Happy 75th, Mom!

This morning, my brother, Chet, reminded me it was Mom's birthday with a post online and he mentioned how Mom used to rearrange furniture. I wrote this essay a while back, but thought I'd share it in honor of her birthday today. Miss you, Mom!

Moving Furniture

For as long as I can remember, my mom rearranged the furniture. As a kid, I’d come home from school and find the couches and end tables on opposite sides of the room; the tv pulled out from the corner and pushed up against the wall, picture frames rehung where there had been white space before.

Weeks later, I’d find another formation, or maybe things would be moved back into their original spots. Sometimes Mom would flip flop the living room and dining room and, if I didn’t get used to them, I’d find myself running into a coffee table as I made my way to the kitchen for a glass of water. Eventually, I would get used to the new arrangement just in time for Mom to change it once again. 
Summer of 1992: photo credit Elayne or Robert Logan-Currie

As an adult, nearly every time I visited my parents’ home, Mom would have moved things around. Maybe Mom bought a new side table or lamp and this new piece would inspire a new version of the living room, dining room, or sitting room. I’d notice, and offer a compliment: “It looks so much bigger now,” or “I love how I can see the plum tree when I sit here,” or “I like the new chair.” But I never got too attached. Even if I liked a room’s set up, I knew this too would pass.

Mom’s furniture moving always kept me on my toes, but I didn’t inherit this trait. In every space where I’ve lived, the furniture has found its place and stayed there for the duration. If something didn’t fit, I got rid of it. If a space needed something new, it was purchased and put in it’s new home. Even as a mother, my kids’ room has had two arrangements: one when there was just one, and another when the second came along. Maybe this trait skipped a generation. My siblings don’t seem to have it, but my sister says my niece rearranges her bedroom every few months. Maybe my little ones will rearrange when they get older.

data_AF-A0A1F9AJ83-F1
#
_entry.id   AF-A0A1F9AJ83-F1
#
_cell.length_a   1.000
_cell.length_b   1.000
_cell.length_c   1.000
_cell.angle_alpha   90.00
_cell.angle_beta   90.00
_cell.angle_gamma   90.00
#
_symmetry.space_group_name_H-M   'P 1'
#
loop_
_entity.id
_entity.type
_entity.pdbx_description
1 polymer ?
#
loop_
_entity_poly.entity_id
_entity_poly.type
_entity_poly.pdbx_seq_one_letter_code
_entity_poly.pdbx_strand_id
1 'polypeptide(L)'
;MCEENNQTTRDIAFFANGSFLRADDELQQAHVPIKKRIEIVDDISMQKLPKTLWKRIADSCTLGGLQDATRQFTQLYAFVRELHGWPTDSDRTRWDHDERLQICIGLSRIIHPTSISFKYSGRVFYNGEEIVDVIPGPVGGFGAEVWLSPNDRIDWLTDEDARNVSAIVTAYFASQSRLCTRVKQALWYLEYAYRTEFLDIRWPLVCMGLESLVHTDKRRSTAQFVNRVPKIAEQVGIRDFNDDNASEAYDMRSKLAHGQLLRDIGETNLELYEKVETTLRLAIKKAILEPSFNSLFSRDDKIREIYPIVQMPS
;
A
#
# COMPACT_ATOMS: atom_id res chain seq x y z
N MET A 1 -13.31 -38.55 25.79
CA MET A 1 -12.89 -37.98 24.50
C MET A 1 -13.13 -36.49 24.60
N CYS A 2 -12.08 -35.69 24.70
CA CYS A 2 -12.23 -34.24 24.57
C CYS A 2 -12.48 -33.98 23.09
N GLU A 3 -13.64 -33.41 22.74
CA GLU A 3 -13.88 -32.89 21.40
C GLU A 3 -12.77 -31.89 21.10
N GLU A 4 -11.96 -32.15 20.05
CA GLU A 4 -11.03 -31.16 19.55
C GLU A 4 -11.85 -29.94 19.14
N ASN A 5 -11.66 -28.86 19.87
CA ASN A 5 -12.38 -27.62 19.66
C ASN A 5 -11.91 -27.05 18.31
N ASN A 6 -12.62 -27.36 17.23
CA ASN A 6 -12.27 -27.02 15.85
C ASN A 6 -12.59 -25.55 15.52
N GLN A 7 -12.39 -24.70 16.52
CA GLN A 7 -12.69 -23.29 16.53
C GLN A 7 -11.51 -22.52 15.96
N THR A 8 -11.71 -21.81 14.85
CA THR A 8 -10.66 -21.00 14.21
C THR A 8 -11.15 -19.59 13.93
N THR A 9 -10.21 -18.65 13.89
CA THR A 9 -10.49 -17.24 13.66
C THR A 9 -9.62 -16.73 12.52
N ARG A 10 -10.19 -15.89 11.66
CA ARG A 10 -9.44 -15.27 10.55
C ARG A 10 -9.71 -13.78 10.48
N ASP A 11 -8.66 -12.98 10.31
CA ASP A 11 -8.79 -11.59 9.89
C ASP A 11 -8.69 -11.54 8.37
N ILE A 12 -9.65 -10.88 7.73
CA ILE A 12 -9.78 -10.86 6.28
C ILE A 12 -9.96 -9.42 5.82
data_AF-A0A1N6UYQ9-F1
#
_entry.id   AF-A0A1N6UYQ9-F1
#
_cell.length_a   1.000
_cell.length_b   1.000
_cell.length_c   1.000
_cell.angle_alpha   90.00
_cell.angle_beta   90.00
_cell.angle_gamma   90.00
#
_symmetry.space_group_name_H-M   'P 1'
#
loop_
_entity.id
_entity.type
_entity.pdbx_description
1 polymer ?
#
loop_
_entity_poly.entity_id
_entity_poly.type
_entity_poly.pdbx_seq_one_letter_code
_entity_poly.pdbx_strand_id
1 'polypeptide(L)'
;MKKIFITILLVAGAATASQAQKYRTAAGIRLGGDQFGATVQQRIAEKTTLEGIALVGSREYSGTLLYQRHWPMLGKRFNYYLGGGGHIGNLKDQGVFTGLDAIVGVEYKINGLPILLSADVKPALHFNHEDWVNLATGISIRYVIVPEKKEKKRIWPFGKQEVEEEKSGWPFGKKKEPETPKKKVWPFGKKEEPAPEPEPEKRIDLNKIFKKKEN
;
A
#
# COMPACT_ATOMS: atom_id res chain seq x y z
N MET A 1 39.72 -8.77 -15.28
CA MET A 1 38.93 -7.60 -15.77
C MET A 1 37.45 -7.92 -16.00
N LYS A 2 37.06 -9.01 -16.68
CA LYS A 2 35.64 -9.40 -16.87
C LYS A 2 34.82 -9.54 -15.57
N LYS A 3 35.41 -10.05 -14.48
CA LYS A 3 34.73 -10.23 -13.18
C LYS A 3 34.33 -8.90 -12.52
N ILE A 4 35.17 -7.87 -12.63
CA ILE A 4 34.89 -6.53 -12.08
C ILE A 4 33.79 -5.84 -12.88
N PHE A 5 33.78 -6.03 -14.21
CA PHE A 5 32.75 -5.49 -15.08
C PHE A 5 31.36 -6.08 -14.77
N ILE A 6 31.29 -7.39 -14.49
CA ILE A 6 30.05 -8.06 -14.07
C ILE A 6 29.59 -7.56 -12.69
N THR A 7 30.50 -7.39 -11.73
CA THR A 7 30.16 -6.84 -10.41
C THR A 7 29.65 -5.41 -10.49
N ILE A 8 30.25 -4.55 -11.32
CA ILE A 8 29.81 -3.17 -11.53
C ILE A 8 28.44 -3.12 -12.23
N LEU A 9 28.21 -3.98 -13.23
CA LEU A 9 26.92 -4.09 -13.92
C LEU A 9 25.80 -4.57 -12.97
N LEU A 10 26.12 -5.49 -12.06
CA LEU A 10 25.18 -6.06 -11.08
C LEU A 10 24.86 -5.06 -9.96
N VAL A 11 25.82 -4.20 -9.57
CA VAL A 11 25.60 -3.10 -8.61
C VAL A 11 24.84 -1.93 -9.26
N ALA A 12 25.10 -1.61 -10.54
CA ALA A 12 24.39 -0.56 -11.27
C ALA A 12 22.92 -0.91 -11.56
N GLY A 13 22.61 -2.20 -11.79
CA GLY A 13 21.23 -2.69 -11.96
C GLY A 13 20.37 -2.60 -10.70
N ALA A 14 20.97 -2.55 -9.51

I never asked Mom why she moved furniture all of the time. I don’t know if there was a pattern or a cause. Did she rearrange things on days when she was unhappy, or feeling restless, or bored? Mom was rarely satisfied with the status quo. She craved constant change and was always searching for ways to make her life different and better. Shifting the furniture could make a room open up, or feel more spacious, or cozy. This could become a perfect spot to watch tv, read the paper, nap, or have a conversation. Maybe if the furniture was just right, she would be satisfied. Moving furniture might have given Mom a feeling of control over her world. She moved it to remind herself that even if she couldn’t make the church, or her husband, or her children do exactly what she wanted, she could make us sit where she wanted.

I wonder how many times Mom would have shifted the furniture in the two years since she’s been gone. I never thought it would be something I’d miss, but when I visit Dad now, the house looks pretty much the same as it did the visit before; stuck in Mom’s final arrangement. I’m sure, wherever she is, she’s ready for change, and I imagine she’s watching us and thinking about just how she would like to move things around.

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